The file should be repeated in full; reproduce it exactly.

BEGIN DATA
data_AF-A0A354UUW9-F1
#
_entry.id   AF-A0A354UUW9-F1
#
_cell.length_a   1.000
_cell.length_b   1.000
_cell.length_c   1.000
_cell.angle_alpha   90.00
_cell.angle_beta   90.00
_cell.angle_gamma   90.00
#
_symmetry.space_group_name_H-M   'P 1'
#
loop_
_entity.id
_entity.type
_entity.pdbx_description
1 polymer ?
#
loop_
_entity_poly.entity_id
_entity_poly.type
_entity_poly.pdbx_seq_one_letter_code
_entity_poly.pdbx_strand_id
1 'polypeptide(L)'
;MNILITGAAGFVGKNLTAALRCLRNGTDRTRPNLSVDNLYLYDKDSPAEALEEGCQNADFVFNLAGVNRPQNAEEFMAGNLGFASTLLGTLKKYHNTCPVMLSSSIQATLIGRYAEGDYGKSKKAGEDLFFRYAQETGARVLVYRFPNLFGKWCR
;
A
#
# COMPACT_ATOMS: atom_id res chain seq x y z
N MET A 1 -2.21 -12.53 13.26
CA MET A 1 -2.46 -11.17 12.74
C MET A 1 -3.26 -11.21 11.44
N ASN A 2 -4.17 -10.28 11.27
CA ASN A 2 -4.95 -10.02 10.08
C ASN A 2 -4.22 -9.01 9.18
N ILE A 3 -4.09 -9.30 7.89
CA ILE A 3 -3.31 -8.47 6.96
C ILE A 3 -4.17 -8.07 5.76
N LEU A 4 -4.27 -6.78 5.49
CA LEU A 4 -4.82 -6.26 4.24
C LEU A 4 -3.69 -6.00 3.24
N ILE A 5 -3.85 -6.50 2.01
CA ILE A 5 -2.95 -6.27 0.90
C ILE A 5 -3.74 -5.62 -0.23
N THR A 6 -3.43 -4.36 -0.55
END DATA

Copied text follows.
data_AF-A0A354UUW9-F1
#
_entry.id   AF-A0A354UUW9-F1
#
_cell.length_a   1.000
_cell.length_b   1.000
_cell.length_c   1.000
_cell.angle_alpha   90.00
_cell.angle_beta   90.00
_cell.angle_gamma   90.00
#
_symmetry.space_group_name_H-M   'P 1'
#
loop_
_entity.id
_entity.type
_entity.pdbx_description
1 polymer ?
#
loop_
_entity_poly.entity_id
_entity_poly.type
_entity_poly.pdbx_seq_one_letter_code
_entity_poly.pdbx_strand_id
1 'polypeptide(L)'
;MNILITGAAGFVGKNLTAALRCLRNGTDRTRPNLSVDNLYLYDKDSPAEALEEGCQNADFVFNLAGVNRPQNAEEFMAGNLGFASTLLGTLKKYHNTCPVMLSSSIQATLIGRYAEGDYGKSKKAGEDLFFRYAQETGARVLVYRFPNLFGKWCR
;
A
#
# COMPACT_ATOMS: atom_id res chain seq x y z
N MET A 1 -2.21 -12.53 13.26
CA MET A 1 -2.46 -11.17 12.74
C MET A 1 -3.26 -11.21 11.44
N ASN A 2 -4.17 -10.28 11.27
CA ASN A 2 -4.95 -10.02 10.08
C ASN A 2 -4.22 -9.01 9.18
N ILE A 3 -4.09 -9.30 7.89
CA ILE A 3 -3.31 -8.47 6.96
C ILE A 3 -4.17 -8.07 5.76
N LEU A 4 -4.27 -6.78 5.49
CA LEU A 4 -4.82 -6.26 4.24
C LEU A 4 -3.69 -6.00 3.24
N ILE A 5 -3.85 -6.50 2.01
CA ILE A 5 -2.95 -6.27 0.90
C ILE A 5 -3.74 -5.62 -0.23
N THR A 6 -3.43 -4.36 -0.55